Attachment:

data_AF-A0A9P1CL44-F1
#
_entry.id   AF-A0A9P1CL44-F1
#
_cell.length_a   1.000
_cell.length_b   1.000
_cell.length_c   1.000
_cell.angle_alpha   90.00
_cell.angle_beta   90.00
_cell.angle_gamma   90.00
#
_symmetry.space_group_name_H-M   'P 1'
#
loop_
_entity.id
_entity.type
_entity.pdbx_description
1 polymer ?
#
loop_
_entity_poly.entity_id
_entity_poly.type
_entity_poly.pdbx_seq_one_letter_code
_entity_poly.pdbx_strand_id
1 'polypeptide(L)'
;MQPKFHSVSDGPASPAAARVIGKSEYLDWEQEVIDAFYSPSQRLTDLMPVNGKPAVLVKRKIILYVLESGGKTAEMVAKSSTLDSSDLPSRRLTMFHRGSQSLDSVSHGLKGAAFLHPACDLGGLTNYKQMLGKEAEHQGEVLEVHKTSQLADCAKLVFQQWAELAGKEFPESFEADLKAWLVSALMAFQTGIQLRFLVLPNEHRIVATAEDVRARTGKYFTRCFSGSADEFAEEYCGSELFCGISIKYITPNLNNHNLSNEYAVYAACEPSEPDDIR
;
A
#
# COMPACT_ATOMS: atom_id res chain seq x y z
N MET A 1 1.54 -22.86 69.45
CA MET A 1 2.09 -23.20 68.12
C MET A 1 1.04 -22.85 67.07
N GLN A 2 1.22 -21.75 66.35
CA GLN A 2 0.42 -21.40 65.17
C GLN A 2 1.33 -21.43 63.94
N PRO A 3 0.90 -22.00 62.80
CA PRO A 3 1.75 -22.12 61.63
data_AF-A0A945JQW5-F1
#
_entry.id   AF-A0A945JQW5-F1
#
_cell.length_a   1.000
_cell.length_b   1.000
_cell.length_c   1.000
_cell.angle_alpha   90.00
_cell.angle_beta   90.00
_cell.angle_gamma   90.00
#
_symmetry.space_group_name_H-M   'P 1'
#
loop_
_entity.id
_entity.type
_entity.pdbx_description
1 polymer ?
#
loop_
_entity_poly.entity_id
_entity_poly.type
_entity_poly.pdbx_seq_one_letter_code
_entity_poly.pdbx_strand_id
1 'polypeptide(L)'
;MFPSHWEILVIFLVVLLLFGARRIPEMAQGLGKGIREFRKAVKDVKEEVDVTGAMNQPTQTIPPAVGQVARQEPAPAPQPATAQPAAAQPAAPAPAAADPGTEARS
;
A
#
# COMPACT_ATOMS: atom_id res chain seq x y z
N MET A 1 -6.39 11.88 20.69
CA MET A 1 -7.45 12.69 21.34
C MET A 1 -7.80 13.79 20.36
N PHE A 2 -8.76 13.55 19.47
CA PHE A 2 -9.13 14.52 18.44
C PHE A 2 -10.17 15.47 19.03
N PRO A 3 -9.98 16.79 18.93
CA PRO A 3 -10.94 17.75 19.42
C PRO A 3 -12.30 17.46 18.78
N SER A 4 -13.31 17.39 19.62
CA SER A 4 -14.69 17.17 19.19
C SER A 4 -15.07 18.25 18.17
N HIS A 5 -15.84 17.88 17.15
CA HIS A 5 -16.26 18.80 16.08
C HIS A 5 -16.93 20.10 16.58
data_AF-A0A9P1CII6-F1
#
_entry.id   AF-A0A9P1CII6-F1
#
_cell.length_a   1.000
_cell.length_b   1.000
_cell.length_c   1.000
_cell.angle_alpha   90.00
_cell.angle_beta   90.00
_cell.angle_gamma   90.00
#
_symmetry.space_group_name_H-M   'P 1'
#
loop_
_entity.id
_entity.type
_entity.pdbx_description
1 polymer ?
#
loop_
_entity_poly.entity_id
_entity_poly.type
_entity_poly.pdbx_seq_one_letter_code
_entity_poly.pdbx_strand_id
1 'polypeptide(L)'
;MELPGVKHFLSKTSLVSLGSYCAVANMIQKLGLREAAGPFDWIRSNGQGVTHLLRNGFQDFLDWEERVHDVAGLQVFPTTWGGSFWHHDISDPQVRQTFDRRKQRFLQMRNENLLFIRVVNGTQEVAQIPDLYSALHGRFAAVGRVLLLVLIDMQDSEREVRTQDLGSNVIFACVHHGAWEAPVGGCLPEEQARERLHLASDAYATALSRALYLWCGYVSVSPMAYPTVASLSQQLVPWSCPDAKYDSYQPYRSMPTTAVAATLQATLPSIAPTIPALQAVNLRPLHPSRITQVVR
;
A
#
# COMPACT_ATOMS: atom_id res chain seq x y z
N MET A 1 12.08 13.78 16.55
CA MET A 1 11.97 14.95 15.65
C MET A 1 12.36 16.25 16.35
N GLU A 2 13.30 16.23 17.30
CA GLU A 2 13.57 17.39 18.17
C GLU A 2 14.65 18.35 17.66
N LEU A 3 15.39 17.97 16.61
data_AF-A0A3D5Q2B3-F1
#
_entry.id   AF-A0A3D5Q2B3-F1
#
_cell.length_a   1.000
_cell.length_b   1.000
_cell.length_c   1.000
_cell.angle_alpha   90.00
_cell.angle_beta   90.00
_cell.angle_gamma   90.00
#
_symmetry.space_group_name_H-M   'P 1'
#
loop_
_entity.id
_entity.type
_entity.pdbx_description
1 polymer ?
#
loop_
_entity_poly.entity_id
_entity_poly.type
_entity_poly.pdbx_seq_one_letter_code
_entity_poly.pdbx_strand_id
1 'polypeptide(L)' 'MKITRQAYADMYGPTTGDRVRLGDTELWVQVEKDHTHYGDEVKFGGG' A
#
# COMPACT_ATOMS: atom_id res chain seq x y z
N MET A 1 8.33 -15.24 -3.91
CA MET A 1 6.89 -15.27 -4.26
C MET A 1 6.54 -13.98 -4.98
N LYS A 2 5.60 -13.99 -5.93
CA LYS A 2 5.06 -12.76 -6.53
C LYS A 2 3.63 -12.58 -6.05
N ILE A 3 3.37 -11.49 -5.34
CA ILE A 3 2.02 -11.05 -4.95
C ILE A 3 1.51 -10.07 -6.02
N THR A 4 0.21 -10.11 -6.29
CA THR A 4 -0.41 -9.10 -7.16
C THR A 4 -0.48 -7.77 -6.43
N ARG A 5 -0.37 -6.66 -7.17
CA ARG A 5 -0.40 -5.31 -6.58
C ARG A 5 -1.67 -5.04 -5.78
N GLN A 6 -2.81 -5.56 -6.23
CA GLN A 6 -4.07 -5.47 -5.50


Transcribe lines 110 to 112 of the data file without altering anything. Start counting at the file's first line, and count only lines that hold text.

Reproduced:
;
A
#